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This site contains HIV prevention messages that might not be appropriate for all audiences. Since HIV infection is spread primarily through sexual practices or by sharing needles, prevention messages and programs on this website may address these topics. If you are not seeking such information or may be offended by such materials, please exit this website.
The OSDH HIV/STD Service provides hepatitis B & C prevention activities, including but not limited to, education, vaccination and Perinatal hepatitis B prevention activities.
Hepatitis means inflammation of the liver. The liver processes nutrients, filters the blood and fights infections. When the liver is inflamed or damaged, how it works can be impacted.
Hepatitis is most often caused by a virus. In the U.S., the most common types of viral hepatitis are Hepatitis A, Hepatitis B and Hepatitis C. Heavy alcohol use, toxins, some medications and certain medical conditions can also cause hepatitis.
Hepatitis C is a contagious liver disease that results from infection with the Hepatitis C virus. When first infected, a person can develop an "acute" infection, which can range in severity from a very mild illness with few or no symptoms to a serious condition requiring hospitalization.
Acute Hepatitis C is a short-term illness that occurs within the first 6 months after someone is exposed to the Hepatitis C virus. For reasons that are not known, 15%-25% of people "clear" the virus without treatment. Approximately 75%-85% of people who become infected with the Hepatitis C virus develop "chronic," or lifelong, infection.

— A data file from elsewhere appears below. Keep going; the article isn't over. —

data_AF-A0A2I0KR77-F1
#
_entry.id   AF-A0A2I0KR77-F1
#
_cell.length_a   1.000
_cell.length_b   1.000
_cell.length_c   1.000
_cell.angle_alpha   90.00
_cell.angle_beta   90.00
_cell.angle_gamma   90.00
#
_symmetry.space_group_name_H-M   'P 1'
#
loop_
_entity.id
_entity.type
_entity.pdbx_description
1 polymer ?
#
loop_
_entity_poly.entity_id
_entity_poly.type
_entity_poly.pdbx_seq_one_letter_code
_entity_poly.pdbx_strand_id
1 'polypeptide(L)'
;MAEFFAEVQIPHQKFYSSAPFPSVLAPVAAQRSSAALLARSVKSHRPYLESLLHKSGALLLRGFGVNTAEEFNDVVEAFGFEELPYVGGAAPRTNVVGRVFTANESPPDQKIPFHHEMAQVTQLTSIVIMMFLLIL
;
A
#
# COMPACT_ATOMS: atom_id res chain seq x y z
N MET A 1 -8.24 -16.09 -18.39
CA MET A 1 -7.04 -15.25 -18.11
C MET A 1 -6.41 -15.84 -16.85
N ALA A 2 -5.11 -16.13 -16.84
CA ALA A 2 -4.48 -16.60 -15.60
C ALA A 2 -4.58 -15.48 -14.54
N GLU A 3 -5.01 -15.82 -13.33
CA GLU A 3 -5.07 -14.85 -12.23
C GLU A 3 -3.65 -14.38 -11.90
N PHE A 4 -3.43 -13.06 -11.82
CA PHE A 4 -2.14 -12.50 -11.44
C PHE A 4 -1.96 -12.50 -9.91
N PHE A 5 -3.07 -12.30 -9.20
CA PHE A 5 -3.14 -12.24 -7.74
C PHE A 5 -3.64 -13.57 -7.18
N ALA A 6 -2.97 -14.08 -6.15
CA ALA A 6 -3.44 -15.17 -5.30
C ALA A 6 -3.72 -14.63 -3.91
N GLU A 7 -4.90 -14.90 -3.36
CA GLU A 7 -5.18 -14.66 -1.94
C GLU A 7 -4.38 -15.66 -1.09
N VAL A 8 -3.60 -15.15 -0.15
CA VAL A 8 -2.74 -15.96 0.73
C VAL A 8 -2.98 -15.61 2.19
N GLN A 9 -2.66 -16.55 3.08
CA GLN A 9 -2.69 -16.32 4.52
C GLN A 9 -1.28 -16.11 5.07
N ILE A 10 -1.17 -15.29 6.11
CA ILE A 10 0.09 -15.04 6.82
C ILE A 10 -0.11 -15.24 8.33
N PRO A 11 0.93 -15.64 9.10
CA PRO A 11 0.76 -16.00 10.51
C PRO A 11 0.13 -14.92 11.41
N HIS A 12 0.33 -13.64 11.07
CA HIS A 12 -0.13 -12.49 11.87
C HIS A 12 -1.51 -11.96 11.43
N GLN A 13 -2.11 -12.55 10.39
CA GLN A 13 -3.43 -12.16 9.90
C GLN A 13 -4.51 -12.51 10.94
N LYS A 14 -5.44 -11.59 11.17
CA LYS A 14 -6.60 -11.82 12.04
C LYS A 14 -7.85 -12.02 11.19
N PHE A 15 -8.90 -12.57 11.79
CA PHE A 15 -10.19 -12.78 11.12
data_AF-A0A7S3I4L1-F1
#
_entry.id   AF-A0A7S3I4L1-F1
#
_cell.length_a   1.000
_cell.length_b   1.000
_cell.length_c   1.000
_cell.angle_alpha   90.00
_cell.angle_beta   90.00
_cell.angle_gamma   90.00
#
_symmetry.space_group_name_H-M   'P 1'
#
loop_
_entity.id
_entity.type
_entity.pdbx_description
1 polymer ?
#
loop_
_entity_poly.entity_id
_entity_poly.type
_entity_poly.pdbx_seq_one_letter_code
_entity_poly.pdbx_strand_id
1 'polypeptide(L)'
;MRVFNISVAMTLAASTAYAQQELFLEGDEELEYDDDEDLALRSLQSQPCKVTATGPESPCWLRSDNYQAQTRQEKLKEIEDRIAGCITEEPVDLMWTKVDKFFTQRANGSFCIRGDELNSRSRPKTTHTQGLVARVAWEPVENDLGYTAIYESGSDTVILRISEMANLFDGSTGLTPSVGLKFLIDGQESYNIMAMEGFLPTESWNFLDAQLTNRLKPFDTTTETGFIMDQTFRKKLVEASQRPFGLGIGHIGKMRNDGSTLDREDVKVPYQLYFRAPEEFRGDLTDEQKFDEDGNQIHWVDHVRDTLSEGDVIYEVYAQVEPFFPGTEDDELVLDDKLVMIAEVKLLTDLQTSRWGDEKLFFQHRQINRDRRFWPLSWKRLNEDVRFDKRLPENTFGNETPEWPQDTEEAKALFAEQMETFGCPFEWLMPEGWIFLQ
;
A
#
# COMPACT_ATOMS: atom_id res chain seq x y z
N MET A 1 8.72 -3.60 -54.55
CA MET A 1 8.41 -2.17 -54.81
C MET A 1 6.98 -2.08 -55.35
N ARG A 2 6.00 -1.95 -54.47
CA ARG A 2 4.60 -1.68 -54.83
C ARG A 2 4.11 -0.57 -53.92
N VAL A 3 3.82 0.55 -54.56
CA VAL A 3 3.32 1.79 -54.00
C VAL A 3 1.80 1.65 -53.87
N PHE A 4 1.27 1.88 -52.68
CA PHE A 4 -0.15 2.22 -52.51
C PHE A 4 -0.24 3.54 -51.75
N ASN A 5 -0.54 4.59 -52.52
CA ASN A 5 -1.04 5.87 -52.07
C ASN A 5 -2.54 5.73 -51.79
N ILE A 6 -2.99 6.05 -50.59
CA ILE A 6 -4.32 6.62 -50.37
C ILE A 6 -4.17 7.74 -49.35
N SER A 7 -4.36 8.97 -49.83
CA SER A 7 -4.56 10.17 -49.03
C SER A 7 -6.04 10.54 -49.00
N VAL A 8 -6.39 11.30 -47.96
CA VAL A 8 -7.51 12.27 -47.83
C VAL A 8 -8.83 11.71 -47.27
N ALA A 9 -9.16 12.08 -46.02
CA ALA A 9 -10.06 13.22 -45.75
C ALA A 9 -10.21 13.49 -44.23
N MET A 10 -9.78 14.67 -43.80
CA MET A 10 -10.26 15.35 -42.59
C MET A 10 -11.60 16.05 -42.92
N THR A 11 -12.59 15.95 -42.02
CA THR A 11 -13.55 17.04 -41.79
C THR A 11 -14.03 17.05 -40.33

Chronic Hepatitis C is a long-term illness that occurs when the Hepatitis C virus remains in a person's body. Over time, it can lead to serious liver problems, including liver damage, cirrhosis, liver failure, or liver cancer.
Hepatitis C is usually spread when blood from a person infected with the Hepatitis C virus enters the body of someone who is not infected. Today, most people become infected with Hepatitis C by sharing needles or other equipment to inject drugs. Before widespread screening of the blood supply began in 1992, Hepatitis C was also commonly spread through blood transfusions and organ transplants. Although uncommon, outbreaks of Hepatitis C have occurred from blood contamination in medical settings.
Yes, although scientists do not know how frequently this occurs. Having a sexually transmitted disease or HIV, sex with multiple partners, or rough sex appears to increase a person’s risk for Hepatitis C. There also appears to be an increased risk for sexual transmission of Hepatitis C among gay men who are HIV-positive
Although there is currently no vaccine to prevent Hepatitis C, research is being conducted to develop one.
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